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Antarctic Sea Ice Trends of the Southern Ocean
Fan, T., Deser, C. and Schneider, D.P. 2014. Recent Antarctic sea ice trends in the context of Southern Ocean surface climate variations since 1950. Geophysical Research Letters 41: 2419-2426.

Neukom et al. (2014) have recently written that "earth's climate system is driven by a complex interplay of internal chaotic dynamics and natural and anthropogenic external forcing," and they note that "recent instrumental data have shown a remarkable degree of asynchronicity between Northern Hemisphere and Southern Hemisphere temperature fluctuations, thereby questioning the relative importance of internal versus external [i.e., anthropogenic] drivers of past as well as future climate variability," citing the work of Thompson et al. (2010), Deser et al. (2012) and Friedmann et al. (2013). And almost simultaneously, Fan et al. have produced additional data that are germane to this issue.

What was done
Fan et al. first examined "the relationships among Antarctic sea ice concentration, Southern Ocean sea surface temperature (SST), surface air temperature (SAT), sea level pressure (SLP), and surface zonal wind (U) trends over the period 1979-2011, using un-interpolated gridded surface marine data sets, land station archives, atmospheric reanalysis and satellite products," after which they extended their analysis of Southern Ocean climate trends "back to earlier decades (1950-1978) to illustrate the low-frequency behavior of surface climate trends over the Southern Ocean."

What was learned
"For the Southern Ocean as a whole," in the words of the three U.S. researchers, "sea surface temperature has decreased by approximately 0.6°C in December-February (0.4°C in the annual mean) while Antarctic sea ice cover has increased by approximately 9% in December-February (12% in the annual mean) during 1979-2011." In addition, they found that "all data sets (SST, SAT, SLP and U) show a consistent reversal in sign of the Southern Ocean surface climate trends between 1979-2011 and 1950-1978." And they also say that "the meridional extent of the Southern Ocean surface climate trends shows a consistent northward expansion of approximately 10° of latitude during 1950-1978 compared to 1979-2011 in all data sets," thereby providing "a broader context for the recent increase in Antarctic sea ice."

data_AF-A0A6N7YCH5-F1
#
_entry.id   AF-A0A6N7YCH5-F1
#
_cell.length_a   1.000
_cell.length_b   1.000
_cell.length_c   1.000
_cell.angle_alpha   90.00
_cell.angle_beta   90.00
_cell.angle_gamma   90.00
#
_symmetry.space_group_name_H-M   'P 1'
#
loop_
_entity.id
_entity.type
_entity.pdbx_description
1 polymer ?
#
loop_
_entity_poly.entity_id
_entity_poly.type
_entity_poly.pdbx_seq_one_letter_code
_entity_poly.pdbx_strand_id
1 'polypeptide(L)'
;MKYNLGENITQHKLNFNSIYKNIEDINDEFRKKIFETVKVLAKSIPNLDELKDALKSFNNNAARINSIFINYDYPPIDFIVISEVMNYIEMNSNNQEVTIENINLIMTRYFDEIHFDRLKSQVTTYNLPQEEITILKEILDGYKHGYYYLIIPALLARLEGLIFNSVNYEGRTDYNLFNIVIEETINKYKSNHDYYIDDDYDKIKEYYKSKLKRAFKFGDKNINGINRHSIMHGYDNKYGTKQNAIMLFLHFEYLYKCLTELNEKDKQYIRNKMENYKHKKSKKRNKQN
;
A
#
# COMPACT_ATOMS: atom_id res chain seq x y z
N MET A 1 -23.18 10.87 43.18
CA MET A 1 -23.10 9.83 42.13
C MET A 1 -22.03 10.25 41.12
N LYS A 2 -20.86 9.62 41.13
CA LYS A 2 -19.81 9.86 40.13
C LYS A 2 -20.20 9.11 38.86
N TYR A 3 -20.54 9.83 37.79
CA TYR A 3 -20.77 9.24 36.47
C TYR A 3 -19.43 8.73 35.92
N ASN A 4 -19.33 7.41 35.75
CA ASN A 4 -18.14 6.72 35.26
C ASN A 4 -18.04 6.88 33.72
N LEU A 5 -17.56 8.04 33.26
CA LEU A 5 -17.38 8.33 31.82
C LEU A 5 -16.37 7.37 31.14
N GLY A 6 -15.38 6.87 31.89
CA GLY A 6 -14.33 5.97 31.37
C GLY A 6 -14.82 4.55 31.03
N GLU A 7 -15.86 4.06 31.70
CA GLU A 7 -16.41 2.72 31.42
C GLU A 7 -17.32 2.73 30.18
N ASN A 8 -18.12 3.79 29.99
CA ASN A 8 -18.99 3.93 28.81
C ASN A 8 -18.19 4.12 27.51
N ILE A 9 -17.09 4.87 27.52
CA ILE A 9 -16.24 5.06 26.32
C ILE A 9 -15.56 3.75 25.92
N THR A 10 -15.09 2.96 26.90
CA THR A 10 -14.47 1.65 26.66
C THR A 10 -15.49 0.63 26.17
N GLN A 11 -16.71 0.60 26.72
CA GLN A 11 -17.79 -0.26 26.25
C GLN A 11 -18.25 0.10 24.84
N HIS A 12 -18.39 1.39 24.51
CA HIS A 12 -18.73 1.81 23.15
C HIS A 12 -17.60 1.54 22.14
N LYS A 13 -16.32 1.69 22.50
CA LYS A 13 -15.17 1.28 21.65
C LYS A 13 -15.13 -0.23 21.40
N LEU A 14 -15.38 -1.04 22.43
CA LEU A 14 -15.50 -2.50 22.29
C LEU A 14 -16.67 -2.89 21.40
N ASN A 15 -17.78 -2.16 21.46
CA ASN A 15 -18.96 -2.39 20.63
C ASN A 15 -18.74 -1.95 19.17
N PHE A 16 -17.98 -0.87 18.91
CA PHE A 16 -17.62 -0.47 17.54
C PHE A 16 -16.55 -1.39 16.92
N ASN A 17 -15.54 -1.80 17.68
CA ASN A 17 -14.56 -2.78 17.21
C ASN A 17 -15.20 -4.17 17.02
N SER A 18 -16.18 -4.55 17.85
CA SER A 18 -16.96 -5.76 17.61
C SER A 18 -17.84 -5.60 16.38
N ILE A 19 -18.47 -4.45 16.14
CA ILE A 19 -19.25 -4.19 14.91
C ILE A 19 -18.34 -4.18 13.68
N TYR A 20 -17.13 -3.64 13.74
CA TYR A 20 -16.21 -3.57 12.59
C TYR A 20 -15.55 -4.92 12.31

What it means
As for the cause of what they documented, Fan et al. say it could have been "low-frequency variability generated by tropical dynamics," citing Okumura et al. (2012) and Schneider and Noone (2012). Be that as it may, it is clear that the strong inter-hemispheric coupling that Neukom et al. (2014) found to be characteristic of the CMIP5 models is not what is found in real-world data, which suggests, in the words of Neukom et al., that "models overestimate the strength of externally-forced [i.e., anthropogenic] relative to internal climate system variability, therefore implying more limited predictability not only on regional (Dreser et al., 2012; Braconnot et al., 2012) but also hemispheric scales," which conclusion is now further confirmed by the work of Fan et al. (2014).

Braconnot, P., Harrison, S.P., Kageyama, M., Bartlein, P.J., Masson-Delmotte, V., Abe-Ouchi, A., Otto-Bliesner, B. and Zhao, Y. 2012. Evaluation of climate models using palaeoclimatic data. Nature Climate Change 2: 417-424.

Deser, C., Knutti, R., Solomon, S. and Phillips, A.S. 2012. Communication of the role of natural variability in future North American climate. Nature Climate Change 2: 775-779.

Friedmann, A., Hwang, Y., Chiang, J. and Frierson, D. 2013. Inter-hemispheric temperature asymmetry over the 20th century and in future projections. Journal of Climate 26: 5419-5433.

Neukom, R., Gergis, J., Karoly, D.J., Wanner, H., Curran, M., Elbert, J., Gonzalez-Rouco, F., Linsley, B.K., Moy, A.D., Mundo, I., Raible, C.C., Steig, E.J., van Ommen, T., Vance, T., Villalba, R., Zinke, J. and Frank, D. 2014. Inter-hemispheric temperature variability over the past millennium. Nature Climate Change 4: 362-367.

Okumura, Y., Schneider, D.P. and Deser, C. 2012. Decadal-intertidal climate variability over Antarctica and linkages to the tropics: Analysis of ice core, instrumental, and tropical proxy data. Journal of Climate 25: 7421-7441.

Schneider, D.P. and Noone, D.C. 2012. Is a bipolar seesaw consistent with observed Antarctic climate variability and trends? Geophysical Research Letters 39: 10.1029/2011GL050806.

Thompson, D.W.J., Wallace, J.M., Kennedy, J.J. and Jones, P.D. 2010. An abrupt drop in Northern Hemisphere sea surface temperature around 1970. Nature 467: 444-447.

Reviewed 6 August 2014